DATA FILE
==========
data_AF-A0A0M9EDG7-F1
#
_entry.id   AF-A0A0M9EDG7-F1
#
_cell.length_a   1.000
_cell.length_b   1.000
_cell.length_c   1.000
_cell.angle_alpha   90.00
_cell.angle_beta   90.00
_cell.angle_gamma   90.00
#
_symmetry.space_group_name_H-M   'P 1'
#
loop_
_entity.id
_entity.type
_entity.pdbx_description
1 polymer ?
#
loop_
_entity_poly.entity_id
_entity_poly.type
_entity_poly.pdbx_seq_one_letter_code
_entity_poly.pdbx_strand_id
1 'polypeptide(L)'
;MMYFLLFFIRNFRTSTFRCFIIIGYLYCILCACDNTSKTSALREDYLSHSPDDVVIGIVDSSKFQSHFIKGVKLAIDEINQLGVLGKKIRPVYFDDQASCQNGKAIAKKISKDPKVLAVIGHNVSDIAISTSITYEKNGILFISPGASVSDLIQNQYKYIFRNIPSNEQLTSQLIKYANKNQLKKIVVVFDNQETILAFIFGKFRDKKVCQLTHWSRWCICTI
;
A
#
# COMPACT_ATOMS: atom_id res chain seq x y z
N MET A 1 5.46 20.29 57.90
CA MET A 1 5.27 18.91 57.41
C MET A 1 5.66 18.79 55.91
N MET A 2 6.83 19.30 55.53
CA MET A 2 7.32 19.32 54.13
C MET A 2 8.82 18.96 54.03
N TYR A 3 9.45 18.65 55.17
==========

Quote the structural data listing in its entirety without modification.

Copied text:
data_AF-A0A0M9EDG7-F1
#
_entry.id   AF-A0A0M9EDG7-F1
#
_cell.length_a   1.000
_cell.length_b   1.000
_cell.length_c   1.000
_cell.angle_alpha   90.00
_cell.angle_beta   90.00
_cell.angle_gamma   90.00
#
_symmetry.space_group_name_H-M   'P 1'
#
loop_
_entity.id
_entity.type
_entity.pdbx_description
1 polymer ?
#
loop_
_entity_poly.entity_id
_entity_poly.type
_entity_poly.pdbx_seq_one_letter_code
_entity_poly.pdbx_strand_id
1 'polypeptide(L)'
;MMYFLLFFIRNFRTSTFRCFIIIGYLYCILCACDNTSKTSALREDYLSHSPDDVVIGIVDSSKFQSHFIKGVKLAIDEINQLGVLGKKIRPVYFDDQASCQNGKAIAKKISKDPKVLAVIGHNVSDIAISTSITYEKNGILFISPGASVSDLIQNQYKYIFRNIPSNEQLTSQLIKYANKNQLKKIVVVFDNQETILAFIFGKFRDKKVCQLTHWSRWCICTI
;
A
#
# COMPACT_ATOMS: atom_id res chain seq x y z
N MET A 1 5.46 20.29 57.90
CA MET A 1 5.27 18.91 57.41
C MET A 1 5.66 18.79 55.91
N MET A 2 6.83 19.30 55.53
CA MET A 2 7.32 19.32 54.13
C MET A 2 8.82 18.96 54.03
N TYR A 3 9.45 18.65 55.17